Sunday, February 10, 2019

Rule of the Bone

Rule of the Bone, Russell Banks, 390 pages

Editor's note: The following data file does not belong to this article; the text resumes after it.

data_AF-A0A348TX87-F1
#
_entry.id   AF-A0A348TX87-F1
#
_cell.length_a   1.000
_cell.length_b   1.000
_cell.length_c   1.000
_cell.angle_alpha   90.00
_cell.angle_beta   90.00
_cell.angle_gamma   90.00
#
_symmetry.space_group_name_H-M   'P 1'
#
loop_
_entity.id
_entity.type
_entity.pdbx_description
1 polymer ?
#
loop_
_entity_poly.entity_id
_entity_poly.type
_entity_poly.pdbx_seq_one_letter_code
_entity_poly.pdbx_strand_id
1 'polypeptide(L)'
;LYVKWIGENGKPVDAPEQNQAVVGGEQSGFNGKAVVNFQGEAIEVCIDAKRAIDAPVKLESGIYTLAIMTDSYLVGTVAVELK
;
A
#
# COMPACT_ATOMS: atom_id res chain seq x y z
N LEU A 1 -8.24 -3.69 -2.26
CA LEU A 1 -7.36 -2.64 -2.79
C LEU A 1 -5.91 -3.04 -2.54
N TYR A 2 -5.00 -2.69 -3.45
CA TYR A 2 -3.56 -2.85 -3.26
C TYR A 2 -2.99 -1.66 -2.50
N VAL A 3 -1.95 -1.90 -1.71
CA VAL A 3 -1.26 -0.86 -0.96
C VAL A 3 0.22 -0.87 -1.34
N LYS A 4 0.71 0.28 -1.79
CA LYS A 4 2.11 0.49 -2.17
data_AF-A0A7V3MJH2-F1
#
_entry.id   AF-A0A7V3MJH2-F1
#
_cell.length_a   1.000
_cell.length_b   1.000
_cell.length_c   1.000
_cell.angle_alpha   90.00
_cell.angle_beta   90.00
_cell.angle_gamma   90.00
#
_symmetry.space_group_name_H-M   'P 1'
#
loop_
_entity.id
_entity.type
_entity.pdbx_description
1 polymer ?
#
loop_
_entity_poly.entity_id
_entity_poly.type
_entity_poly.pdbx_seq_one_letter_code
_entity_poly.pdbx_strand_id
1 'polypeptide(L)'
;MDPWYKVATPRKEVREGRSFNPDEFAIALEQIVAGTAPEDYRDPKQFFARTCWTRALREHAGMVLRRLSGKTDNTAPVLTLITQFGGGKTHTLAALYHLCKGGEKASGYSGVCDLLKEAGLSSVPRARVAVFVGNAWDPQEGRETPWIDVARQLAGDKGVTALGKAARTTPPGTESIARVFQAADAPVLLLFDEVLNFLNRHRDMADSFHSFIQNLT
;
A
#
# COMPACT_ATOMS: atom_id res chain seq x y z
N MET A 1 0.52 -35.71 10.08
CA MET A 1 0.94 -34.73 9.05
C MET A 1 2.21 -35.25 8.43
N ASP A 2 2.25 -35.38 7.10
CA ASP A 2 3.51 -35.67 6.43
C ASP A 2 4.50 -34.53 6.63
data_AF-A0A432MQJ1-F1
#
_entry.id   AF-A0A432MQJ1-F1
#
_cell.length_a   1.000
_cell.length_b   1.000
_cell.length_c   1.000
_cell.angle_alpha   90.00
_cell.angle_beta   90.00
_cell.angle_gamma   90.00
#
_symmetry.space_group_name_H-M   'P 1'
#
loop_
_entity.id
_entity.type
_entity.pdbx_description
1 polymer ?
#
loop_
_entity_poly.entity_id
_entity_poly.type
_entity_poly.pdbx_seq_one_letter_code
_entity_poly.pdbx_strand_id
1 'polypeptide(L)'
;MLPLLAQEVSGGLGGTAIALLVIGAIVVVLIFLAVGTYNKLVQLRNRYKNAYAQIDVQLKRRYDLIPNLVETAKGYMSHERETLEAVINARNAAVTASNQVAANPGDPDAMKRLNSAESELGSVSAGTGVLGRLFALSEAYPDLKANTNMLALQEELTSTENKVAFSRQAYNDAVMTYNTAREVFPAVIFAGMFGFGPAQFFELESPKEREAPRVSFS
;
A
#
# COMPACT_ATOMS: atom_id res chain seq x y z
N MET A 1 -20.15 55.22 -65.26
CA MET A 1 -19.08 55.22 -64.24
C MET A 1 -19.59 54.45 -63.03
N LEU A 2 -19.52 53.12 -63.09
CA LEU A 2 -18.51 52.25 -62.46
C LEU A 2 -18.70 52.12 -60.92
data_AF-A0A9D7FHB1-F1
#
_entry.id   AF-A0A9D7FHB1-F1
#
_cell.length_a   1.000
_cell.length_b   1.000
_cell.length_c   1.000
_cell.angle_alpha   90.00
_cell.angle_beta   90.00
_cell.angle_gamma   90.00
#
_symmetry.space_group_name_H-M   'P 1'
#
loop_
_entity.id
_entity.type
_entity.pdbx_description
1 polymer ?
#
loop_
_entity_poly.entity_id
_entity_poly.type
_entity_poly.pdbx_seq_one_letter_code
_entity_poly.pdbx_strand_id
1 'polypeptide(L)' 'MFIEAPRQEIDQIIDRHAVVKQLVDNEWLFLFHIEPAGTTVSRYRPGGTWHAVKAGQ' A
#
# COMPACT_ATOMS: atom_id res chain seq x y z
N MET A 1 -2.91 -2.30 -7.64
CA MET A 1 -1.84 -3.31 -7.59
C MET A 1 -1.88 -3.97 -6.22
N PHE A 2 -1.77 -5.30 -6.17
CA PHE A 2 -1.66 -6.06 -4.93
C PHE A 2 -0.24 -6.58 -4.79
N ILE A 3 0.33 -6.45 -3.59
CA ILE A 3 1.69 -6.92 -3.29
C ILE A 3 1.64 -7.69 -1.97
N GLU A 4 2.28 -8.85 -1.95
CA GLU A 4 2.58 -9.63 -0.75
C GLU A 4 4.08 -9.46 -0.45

I originally read Russell Banks's Rule of the Bone in high school, and at the time thought the protagonist Chapman, AKA The Bone, was underwhelming and I did not understand why he seemed so blank at the start of the book. Rereading it now, fifteen years and a lot of life experience later, I can understand the "blank" qualities he exhibited, that he just seemed to follow along with the events that were occurring around, and how he never really seemed to understand right from wrong. His lack of world and life experiences that are positive contrast strongly with what he feels should be right, and that is a lot of where his internal conflicts come from. He goes from homeless, drug addled teen and criminal, to a young man who finally understands that life outlooks come from role models and experiences, and even negative experiences can create positive changes in one's life. His sometimes rambling and unreliable nature as a narrator are showcased in the way that Banks writes, in train of thought sentences that expand and contract based upon the actions of Chappie. While an enjoyable read, some of the topics Banks hits upon (child abuse, drug abuse, murder) may be a bit much for some readers.

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